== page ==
We need to see evidence that:
- the practice gives sufficient priority to safeguarding children
- staff take a proactive approach to safeguarding and focus on prevention and early identification
- staff take steps to protect children and young people where there are known risks, respond appropriately to any signs or allegations of abuse, and work effectively with other organisations to implement protection plans
- there is active and appropriate engagement in local safeguarding procedures and effective work with other relevant organisations
Each practice should have a designated lead for safeguarding children and young adults at risk. They should be aware of the respective safeguarding children leads within the local clinical commissioning group (CCG) and the local authority safeguarding children team.
The competency framework set out in the intercollegiate guidance specifies six levels/competencies:
This sets out the minimum training requirements:
- Level 1: for all non-clinical staff (for example receptionists and practice managers)
- Level 2: for all dentists and dental care professionals
- Level 3: for paediatric dentists and paediatric orthodontists (those who could contribute to assessing, planning, intervening and evaluating the needs of a child or young person and parenting capacity where there is safeguarding/child protection concerns). This training is not normally required for dentists and dental care professionals working in general dental practice.
This guidance states that safeguarding training should be refreshed every three years. Level 1 and Level 2 training refresher can be done online. Level 1 training should last a minimum of two hours, level 2 a minimum of three hours.
Staff are not restricted to the minimum level of training identified as appropriate for their role. Practices may choose to offer a higher level of safeguarding training for some or all staff.
Notifying CQC of safeguarding incidents
Not all referrals the practice makes to the local authority need to be notified to CQC. Practices are only required to notify CQC of safeguarding incidents where the allegation of abuse is linked to their provision of care.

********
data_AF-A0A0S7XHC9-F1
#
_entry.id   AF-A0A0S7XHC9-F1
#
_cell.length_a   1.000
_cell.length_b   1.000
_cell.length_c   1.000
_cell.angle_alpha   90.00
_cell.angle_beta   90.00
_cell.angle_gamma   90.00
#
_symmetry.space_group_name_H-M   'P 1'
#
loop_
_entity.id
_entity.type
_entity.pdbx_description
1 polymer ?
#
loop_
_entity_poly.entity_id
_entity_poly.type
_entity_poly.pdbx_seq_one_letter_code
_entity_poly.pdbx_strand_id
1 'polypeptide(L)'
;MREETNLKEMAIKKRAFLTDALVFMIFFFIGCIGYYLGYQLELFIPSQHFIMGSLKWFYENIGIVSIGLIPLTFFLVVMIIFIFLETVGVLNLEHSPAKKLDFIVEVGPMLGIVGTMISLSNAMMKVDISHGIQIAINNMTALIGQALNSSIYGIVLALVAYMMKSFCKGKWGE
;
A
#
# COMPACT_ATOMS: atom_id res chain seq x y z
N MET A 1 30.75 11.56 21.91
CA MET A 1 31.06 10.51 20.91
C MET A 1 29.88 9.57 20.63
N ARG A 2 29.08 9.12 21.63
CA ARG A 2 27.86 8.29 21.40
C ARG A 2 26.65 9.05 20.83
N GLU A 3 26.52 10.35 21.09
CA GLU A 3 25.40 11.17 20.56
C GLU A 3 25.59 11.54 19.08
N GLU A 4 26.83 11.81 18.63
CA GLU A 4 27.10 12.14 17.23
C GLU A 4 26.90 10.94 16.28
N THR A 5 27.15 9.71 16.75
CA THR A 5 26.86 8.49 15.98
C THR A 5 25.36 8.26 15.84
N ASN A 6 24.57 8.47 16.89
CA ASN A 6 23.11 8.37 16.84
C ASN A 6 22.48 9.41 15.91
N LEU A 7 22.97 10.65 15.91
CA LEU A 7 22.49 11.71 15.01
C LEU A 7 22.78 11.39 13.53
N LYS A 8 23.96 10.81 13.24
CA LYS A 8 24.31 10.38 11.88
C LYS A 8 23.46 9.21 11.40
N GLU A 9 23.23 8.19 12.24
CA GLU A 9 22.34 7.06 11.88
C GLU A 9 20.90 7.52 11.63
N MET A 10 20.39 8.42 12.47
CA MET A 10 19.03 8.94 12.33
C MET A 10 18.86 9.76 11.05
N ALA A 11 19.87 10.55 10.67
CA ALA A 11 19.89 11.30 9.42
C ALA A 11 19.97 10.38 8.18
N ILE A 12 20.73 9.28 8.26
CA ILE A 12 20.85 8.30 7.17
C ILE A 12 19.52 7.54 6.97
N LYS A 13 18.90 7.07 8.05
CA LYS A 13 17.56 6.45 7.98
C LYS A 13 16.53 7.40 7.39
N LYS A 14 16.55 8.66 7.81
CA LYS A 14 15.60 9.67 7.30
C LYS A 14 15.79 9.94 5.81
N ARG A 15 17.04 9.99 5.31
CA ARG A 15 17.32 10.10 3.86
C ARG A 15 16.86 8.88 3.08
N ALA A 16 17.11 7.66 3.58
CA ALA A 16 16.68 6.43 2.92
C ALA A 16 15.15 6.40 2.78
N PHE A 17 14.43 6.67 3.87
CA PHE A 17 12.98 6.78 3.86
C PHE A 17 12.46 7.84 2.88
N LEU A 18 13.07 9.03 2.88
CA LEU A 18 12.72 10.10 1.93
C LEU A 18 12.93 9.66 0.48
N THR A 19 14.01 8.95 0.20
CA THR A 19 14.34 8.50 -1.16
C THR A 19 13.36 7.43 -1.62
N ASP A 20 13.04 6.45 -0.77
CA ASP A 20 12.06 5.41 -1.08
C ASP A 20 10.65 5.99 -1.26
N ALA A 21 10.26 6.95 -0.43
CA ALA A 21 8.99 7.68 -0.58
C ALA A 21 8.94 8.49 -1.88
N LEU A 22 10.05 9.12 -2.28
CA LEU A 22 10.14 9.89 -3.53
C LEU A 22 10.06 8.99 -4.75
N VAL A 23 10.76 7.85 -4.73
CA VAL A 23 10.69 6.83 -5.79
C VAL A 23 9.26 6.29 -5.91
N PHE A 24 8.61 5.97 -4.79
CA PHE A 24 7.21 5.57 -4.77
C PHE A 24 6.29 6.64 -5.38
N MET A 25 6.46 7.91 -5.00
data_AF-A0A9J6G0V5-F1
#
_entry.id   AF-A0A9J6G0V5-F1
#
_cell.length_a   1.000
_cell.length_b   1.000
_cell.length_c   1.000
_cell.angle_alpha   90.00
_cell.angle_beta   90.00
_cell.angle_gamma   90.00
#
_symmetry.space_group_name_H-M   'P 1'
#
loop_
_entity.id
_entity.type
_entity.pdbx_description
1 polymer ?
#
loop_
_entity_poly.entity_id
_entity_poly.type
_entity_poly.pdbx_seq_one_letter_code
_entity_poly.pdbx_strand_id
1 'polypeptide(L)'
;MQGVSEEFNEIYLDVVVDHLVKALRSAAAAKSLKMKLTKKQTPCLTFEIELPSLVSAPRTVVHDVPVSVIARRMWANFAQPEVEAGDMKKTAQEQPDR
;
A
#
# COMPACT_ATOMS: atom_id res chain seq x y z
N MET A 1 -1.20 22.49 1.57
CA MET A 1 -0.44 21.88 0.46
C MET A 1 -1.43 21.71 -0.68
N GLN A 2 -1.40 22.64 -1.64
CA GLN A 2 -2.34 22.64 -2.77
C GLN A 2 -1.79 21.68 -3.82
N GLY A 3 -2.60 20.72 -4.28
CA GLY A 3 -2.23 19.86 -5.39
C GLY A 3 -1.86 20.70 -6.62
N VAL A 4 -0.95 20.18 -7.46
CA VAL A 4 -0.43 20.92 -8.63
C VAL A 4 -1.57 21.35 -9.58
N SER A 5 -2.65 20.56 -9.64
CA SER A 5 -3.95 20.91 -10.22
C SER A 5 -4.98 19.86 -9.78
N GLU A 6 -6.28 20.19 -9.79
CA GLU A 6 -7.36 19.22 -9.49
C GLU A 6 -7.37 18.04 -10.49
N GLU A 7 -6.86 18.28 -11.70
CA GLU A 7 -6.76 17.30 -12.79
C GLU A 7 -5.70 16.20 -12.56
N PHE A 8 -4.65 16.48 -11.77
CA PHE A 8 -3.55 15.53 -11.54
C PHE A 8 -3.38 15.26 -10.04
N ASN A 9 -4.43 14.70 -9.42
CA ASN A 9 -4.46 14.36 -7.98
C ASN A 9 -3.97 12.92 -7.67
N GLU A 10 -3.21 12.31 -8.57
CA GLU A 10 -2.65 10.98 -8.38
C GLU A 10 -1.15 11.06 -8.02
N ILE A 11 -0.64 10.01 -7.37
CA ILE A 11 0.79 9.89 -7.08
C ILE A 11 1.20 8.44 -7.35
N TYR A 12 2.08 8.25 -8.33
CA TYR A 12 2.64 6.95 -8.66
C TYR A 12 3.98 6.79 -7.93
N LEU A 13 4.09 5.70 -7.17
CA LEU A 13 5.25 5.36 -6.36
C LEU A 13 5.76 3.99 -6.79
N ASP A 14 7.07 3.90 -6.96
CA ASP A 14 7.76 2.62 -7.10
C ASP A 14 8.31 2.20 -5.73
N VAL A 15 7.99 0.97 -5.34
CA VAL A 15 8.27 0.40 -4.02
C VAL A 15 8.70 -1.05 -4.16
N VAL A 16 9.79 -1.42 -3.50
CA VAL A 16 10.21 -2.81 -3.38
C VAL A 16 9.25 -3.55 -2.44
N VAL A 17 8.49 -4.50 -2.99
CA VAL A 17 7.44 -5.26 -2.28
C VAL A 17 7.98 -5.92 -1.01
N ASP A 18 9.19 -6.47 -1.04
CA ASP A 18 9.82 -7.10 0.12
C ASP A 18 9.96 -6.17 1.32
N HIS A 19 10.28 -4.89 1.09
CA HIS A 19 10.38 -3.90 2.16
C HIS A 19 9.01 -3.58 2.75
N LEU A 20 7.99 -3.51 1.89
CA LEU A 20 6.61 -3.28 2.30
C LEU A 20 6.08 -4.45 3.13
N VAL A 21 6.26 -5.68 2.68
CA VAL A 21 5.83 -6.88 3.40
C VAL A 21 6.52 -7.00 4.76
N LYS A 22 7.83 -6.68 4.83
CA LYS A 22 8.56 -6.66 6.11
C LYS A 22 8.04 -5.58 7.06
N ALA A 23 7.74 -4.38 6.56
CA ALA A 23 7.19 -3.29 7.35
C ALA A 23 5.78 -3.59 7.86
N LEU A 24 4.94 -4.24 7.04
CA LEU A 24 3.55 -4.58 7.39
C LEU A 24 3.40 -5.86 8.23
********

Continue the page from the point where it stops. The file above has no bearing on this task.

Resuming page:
A mother visits with her 7-year-old daughter (patient N). N appears unkempt and is very dirty. During the examination, the clinician identifies bruising on the child’s face and neck. When asked about the bruising, patient N’s mother's response does not explain the cause. The clinician makes a referral to the local authority safeguarding children’s team.
Is statutory notification to CQC required?
No. The abuse:
- is not alleged to have occurred whilst the regulated activity was being provided (while at the surgery), and
- was not a result of the regulated activity.
Although we would not require a notification in this instance, the clinician must make sure that they follow the practice’s normal processes for safeguarding children.
Patient P visits with his child Q (a girl, aged 14). P is very upset and tells the clinician that the practice manager R has been contacting Q by telephone and tried to get to meet her. He has also written Q notes.
Is statutory notification to CQC required?
Yes. It is alleged that the abuse relates to one of the practice employees and therefore relates to the clinician carrying on his regulated activity.
In our Safeguarding Handbook we clarify when we expect statutory notifications of abuse. See Appendix 10.
Public Health England's guidance on safeguarding in general dental practice provides a toolkit for dental teams.